Now keep in mind, just every decent Objectivist would deplore what happened to Plasil at the hands of Lonnie Leonard Objectivists, so every decent Christian deplores the Inquisition. So whether the religion or ideology officially condones the horrendous evil in one case and unethical behavior in the other is not a point at issue.

Ellen Stuttle said...

Moreover, whatever responsibility Objectivism has or does not have for what happened with Plasil must be centered, not so much on Leonard himself, who was obviously acting on a non-Objectivist agenda, but on that portion of the Objectivist community that sanctioned Leonard and gave him his place as the most important psychotherapist in New York (the center of Objectivism in those days) after Allan Blumenthal. Keeping this in mind, what degree of resonsibility does Objectivism have for this fiasco? And if the answer is, Objectivism has no responsibility (which may be the right answer), then why does Christianity bear responsibility for the Inquisition?

Now keep in mind, just every decent Objectivist would deplore what happened to Plasil at the hands of Lonnie Leonard Objectivists, so every decent Christian deplores the Inquisition. So whether the religion or ideology officially condones the horrendous evil in one case and unethical behavior in the other is not a point at issue.


Greg,

First, I'm glad to see you acknowledge that Lonnie Leonard "was obviously acting on a non-Objectivist agenda."

Second, the question you pose isn't asked in a legitimate form.

Objectivism isn't an actor; nor is Christianity. Persons are actors. Persons have moral responsibility. "[T]hat portion of the Objectivist community that sanctioned Leonard and gave him his place as the most important psychotherapist in New York (the center of Objectivism in those days) after Allan Blumenthal" was, precisely, Allan Blumenthal. Allan is the one who recommended clients to Lonnie, and then wouldn't make a public announcement as to why he was no longer recommending clients to Lonnie, and who wouldn't even answer questions clients of Lonnie's asked him privately, as long as those persons were still Lonnie's clients. Objectivism doesn't carry responsibility for Allan Blumenthal's cowardice in the circumstances. (I suspect there were mitigating factors, since I suspect Lonnie threatened Allan. But I don't know if I'm right. One way or the other, mitigating factors or not, Allan was the actor who sent people to Lonnie and then didn't blow the whistle after he knew there was a whistle to be blown.)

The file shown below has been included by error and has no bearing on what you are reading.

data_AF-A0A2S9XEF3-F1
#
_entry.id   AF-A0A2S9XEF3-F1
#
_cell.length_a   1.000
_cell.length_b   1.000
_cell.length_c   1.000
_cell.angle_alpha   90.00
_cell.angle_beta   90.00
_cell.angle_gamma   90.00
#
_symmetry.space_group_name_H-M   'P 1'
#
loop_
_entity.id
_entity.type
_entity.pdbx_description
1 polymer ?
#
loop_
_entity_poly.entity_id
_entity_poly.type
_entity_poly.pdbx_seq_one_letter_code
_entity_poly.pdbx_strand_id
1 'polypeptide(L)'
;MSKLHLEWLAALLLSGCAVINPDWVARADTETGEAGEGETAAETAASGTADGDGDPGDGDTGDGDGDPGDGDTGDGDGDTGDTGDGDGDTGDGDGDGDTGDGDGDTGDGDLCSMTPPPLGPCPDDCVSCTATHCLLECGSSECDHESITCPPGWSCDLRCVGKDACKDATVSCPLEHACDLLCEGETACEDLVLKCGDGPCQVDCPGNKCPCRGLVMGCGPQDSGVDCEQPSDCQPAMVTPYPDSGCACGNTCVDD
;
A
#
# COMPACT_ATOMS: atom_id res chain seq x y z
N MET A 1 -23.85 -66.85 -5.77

Furthermore, I don't see that anything you're arguing here is addressing Leonard Peikoff's actual point, which is that Christianity, contra the claims of the New Right, is NOT correctly viewed as the moral foundation of the theory of rights adopted by the "Founding Fathers" of the United States.

Do you disagree with that thesis?

(As to whether "decent" Christians would abhor the Inquisition, btw: "decent" Christians when? And are you defining "decent" Christian as one who would abhor the Inquisition? I'm not sure if even to this day the Inquisition - a/k/a the Holy Office -- has officially been disbanded. Has it? I seem to recall reading, in some posts by someone I know on another site, someone well familiar with Catholic history, that it was only officially disbanded in the recent past, but I haven't time just now to track down the accuracy of the recollection)

Ellen

Neil Parille said...

Ellen,

The Holy Office still exists.

Various Inquisitions were often run by the state and punished political opponents under the pretext of heresey. Many of the church inquisitions punished common crimes as well. I've read that in certain countries the church courts were seen as fairer or more lenient.

The Catholic Church accepted religious freedom at Vatican II. (There are still some traditionalists who disagree.)

The Inquisition was horrible, but the numbers of people executed that I've read (16,000 in Spain and not all for heresy) is about a day's work for Stalin. Why isn't secularism or atheism blamed for that?

Damien said...

Neil Parille,